The programme for Chester Contemporary, has been revealed by Cheshire West and Chester Council, this is a major new visual arts event curated by Chester-born artist Ryan Gander.
Chester Contemporary will show the work of international and Chester-based contemporary artists, including emerging artists and a creative programme with communities and schools in the city.
The full programme announced today features John Akomfrah presenting his ground-breaking film Mnemosyne, a haunting exploration of myth, memory and migration, at the Grosvenor Museum.
Fiona Banner AKA The Vanity Press with DIS ARM, a multi-layered installation in a vacant shop unit where helicopter blades, repurposed shop dummies, an authentic decoy fighter plane fill the space; Them Over Road, a new work from Simeon Barclay blends found objects and neon in three locations to explore a city’s potential to transform.
Jacq Bebb is showing two new works for voice and sculpture, both exploring themes of skulking – the act of loitering with intent; Chester Contemporary is home to the UK premiere of Fischli Weiss’ large-scale piece How to Work Better, 1991, a 10-point manifesto that capture the artists’ genius for making the ordinary extraordinary.
Tim Foxon presents Contemporary Interventions, playful happenings across the city over the 10-weeks of the event; Artist Director Ryan Gander has created three new interventions for Chester, including a permanent reminder of Chester Contemporary in the form of an original tattoo, or for the more risk averse a new Ryan Gander cocktail, the Cestrian Ya-Ya and a brand new flag for the Contemporary, which will be seen flying over the Lady Diana boat on the River Dee.
Hannah Perry has an untitled mesmerising installation which conjures the industrial sounds and materials of Perry’s youth in Chester; and Turner Prize-winning Elizabeth Price presents HORSETAILS, a new spoken word and choral work for the majestic surroundings of Chester Cathedral.
Patricia Mackinnon-Day’s The Start of All Imaginings, a co-created work that explores the personal journeys of nine Chester market traders and illuminates the rich vibrancy of market spaces.
An emerging artist programme, also curated by Ryan Gander, and presented in association with Storyhouse will see five artists bring new and distinctive work to the Contemporary: Charlotte van Berckel, Nick Davies, Harry Grundy, William Lang and James Lomax are all at a pivotal point in their careers and will be showing work alongside the core Contemporary’s artistic programme.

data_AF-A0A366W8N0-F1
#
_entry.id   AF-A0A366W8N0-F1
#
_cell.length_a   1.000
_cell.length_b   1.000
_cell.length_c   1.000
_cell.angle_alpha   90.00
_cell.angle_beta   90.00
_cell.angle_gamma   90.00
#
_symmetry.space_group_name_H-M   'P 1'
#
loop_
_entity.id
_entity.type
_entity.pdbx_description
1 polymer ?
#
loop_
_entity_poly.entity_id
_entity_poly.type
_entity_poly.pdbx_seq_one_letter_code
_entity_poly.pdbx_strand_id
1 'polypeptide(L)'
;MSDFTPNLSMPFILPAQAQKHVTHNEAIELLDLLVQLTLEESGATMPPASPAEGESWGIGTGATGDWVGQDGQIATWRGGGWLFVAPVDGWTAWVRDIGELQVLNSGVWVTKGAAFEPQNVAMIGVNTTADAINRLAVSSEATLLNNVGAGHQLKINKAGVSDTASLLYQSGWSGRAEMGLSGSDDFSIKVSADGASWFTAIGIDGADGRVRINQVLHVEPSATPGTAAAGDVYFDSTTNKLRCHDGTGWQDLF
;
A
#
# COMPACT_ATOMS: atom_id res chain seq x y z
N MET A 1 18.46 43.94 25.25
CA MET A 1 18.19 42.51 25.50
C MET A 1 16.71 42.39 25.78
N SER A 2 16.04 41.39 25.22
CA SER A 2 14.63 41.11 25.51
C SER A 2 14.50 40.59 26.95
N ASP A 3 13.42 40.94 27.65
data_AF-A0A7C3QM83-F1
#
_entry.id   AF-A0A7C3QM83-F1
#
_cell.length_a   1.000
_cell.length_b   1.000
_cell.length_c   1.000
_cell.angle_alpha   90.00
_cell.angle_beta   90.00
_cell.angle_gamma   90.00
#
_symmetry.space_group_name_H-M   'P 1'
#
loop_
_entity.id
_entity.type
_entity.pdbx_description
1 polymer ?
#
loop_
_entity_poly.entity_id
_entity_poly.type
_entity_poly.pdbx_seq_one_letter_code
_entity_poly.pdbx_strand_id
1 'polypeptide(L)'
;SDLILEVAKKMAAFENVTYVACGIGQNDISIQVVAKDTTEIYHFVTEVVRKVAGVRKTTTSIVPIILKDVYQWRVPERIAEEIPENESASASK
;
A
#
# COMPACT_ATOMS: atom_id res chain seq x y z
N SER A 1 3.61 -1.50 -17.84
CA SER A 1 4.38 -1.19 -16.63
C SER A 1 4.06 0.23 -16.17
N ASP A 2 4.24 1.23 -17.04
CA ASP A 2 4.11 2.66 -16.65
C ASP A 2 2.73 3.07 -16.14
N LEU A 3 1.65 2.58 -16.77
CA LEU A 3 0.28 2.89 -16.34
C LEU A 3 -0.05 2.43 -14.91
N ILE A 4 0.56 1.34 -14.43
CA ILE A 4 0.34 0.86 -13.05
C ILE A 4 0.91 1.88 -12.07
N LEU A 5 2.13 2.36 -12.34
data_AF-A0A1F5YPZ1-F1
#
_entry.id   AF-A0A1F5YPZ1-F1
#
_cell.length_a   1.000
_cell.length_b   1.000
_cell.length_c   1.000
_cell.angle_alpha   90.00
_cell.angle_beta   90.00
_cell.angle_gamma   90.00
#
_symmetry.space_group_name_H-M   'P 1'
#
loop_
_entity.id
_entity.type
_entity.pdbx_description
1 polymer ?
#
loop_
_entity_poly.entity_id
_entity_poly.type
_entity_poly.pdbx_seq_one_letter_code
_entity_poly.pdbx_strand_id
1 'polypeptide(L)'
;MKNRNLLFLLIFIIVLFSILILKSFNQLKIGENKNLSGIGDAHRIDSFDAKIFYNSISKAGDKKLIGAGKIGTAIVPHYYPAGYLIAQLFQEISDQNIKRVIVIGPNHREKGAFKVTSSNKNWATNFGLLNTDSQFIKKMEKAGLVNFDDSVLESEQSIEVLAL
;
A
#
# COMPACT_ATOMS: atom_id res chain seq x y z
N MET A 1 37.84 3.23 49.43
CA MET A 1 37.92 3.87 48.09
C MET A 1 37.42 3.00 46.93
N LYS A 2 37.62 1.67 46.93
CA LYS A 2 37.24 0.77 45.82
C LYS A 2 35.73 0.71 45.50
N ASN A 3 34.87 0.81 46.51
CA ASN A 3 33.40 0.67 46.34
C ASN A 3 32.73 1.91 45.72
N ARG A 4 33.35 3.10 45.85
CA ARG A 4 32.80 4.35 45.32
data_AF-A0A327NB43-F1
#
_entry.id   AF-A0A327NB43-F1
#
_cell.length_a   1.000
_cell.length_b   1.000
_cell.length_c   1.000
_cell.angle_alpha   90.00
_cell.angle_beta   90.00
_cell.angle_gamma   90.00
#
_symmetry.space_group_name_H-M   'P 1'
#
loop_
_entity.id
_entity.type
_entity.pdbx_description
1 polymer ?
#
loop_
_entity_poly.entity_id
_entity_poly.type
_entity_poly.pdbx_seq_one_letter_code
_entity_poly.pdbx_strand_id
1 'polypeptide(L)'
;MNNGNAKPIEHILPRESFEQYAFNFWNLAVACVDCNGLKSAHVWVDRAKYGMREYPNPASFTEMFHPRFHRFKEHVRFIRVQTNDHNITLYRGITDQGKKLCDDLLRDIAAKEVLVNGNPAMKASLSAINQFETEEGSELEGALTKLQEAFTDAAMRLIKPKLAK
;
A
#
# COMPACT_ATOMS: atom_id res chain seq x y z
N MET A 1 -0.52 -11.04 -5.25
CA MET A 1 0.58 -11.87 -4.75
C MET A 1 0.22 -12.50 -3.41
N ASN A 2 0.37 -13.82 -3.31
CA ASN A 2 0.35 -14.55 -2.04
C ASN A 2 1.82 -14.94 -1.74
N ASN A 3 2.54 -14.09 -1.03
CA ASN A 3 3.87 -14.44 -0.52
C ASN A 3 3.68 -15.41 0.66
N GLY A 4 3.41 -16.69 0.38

Their eclectic range of new works include a new piece for Chester racecourse inspired by both a grudge and an ancient football match, and works inspired by the question of whether ‘the public’ exists as a concept (Nick Davies); ‘tarpaulins’ popping up across the city which evoke Chester’s merchant past (James Lomax); reinterpretations of traditional art in two settings, and a special Chester Contemporary visitors’ book (Charlotte van Berckel); a mown lawn on the Deans field by Chester Cathedral, the setting for a performance work, and wind chimes for the city (William Lang); and specially-created puddle bowls, with a trip for a tree on Grosvenor Park’s miniature railway (Harry Grundy).
A schools’ programme has brought nine artists together with ten primary schools across the city to create work that will be shown as part of the Contemporary.
Councillor Louise Gittins, Leader of Cheshire West and Chester Council said: “Chester once more steps onto the international stage this autumn with a glittering list of artists bringing their work to both established and new venues and locations across the city.
“The theme is ‘Centred on the Periphery’ – an exploration of how those places on the edges of the centre, often just out of sight of the mainstream, can become the primary focus. I look forward to welcoming all of the artists to our city and experiencing the Chester Contemporary.”
Chester Contemporary will also be a ‘walking biennial’, with works easily discoverable across the city, where new and unexpected stories collide with Chester’s traditional and established history.
Ryan Gander, OBE RA said: “I think most of us see the world in one of two ways; either as participants or observers. ‘Participants’ find themselves in a world in which they act and interact, from a first-person point of view, and consider themselves, their thoughts and actions to be integral to the unfolding plot. ‘Observers’, however, consider themselves to be merely an onlooker, whose experience, thoughts and perspective are excluded from the over-arching narrative.
“The theme of the inaugural Chester Contemporary is ‘Centred on the periphery’, and it is an invitation to consider the notion of ‘the centre’, and the concept of a point of view as being a catalyst for creativity. The artworks and interventions by the participating artists call into question the conformist unquestioned rhetoric of the centre that we are all fed. The centre is located wherever the action is happening, wherever you are. The centre is wherever you make it.”
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